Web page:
Cashless revolution to influence and disrupt retail: Amazon
24 Nov 2021
Online retail giant Amazon has said the cashless revolution and a new generation of consumers will form the future of the retail industry. According to Amazon’s vice president for global innovation policy and communication, Paul Misener, when consumer behaviour alters “in a meaningful way,” they become campaigners for change, reports The National. The numbers speak for themselves. The global retail industry has grown exponentially, with trends being influenced by consumer demand and behaviour. Worldwide e-commerce sales are forecast to reach $6.39 trillion in 2024, a rise of almost a third from this year’s expected $4.89 trillion, and close to a 400% rise from $1.33 trillion 10 years ago, says data from Statista.
Trends by age
The global trend has been majorly impacted by millennials – people born between 1981 and 1996 – as the generation with the most digital buyers. According to content platform Power Reviews, 85.9% make online purchases. In addition, millennials tend to consult ratings and reviews to make informed decisions; 99.9% read reviews whilst online shopping; and 63% do so when making an in-store purchase. Amazon’s vice president for global innovation policy and communication stated: “In the early days it was novel to put your card information online. It was even a big deal in the countries that adopted the internet early. This is a generational thing; today, young people entering the ranks of consumers are very comfortable with cashless payments, and it's not an impediment any more for the industry to grow because young people are encouraging others.” In addition, Generation Z – people born between 1997 and 2021 – have an estimated $323 billion spending power, according to a CGS business app platform report. Around 67% of older generations depend on sites such as Amazon, whilst just 37% of Generation Z used the platform. “The future of retail is meeting consumer demand not only for a great selection of products and services available but also for a greater quality of delivery. Consumers are going to be increasingly picky about how they shop and level of service they expect,” Misener added.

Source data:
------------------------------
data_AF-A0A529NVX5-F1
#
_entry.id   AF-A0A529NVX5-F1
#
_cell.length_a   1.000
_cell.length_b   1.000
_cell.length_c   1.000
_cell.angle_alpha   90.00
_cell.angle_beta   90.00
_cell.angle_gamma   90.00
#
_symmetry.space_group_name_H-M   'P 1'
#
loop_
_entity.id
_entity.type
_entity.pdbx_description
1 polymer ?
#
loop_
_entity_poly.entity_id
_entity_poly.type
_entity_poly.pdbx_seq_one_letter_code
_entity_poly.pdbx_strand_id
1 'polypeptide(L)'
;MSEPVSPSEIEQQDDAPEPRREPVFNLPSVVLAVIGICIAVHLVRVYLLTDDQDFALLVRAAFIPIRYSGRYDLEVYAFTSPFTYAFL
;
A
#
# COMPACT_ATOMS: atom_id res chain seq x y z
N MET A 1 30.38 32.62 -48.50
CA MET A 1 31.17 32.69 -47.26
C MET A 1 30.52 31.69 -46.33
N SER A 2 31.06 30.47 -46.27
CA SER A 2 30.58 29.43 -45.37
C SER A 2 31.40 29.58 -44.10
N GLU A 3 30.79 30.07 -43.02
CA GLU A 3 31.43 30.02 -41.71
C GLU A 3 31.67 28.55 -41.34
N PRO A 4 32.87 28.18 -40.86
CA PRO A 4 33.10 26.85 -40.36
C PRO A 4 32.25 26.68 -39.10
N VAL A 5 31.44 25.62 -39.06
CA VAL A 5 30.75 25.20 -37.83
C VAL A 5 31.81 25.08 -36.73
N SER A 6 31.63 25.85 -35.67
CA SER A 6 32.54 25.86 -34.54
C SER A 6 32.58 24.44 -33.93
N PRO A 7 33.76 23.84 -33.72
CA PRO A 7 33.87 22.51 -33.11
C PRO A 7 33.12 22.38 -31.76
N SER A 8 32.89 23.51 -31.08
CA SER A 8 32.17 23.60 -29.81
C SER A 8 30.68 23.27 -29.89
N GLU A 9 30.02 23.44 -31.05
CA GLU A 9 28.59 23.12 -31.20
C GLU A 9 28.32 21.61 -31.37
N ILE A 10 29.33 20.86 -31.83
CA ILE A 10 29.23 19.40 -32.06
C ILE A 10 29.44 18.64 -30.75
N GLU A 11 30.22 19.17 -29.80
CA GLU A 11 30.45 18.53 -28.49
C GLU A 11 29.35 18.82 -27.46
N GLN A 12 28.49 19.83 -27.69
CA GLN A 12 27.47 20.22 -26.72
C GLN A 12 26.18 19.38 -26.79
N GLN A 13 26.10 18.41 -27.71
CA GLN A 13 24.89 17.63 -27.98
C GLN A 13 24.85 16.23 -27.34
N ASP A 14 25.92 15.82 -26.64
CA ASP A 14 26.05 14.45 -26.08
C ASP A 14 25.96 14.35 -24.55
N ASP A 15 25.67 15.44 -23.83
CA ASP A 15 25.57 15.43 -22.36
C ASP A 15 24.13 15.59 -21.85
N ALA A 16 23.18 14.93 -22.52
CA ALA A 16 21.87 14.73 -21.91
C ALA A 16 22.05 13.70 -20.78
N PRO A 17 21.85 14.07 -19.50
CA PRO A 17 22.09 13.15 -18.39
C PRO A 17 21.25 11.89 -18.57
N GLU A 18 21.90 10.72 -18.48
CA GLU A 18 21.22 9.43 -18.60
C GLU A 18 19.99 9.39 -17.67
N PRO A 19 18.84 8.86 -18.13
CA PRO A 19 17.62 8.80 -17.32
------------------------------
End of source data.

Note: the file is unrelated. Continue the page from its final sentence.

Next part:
The Covid effect
Amazon spent around $800 million on implementing coronavirus-related safety measures when the pandemic first hit in 2020, along with many other businesses across the globe. “It taught us to innovate the same way we had to innovate all the time, but we weren't prepared for it just like everyone else. We found ourselves in a place where we had to act very fast to protect not only our employees but also our customers. We've been perfecting safety for over 20 years, but not for a virus,” Misener said.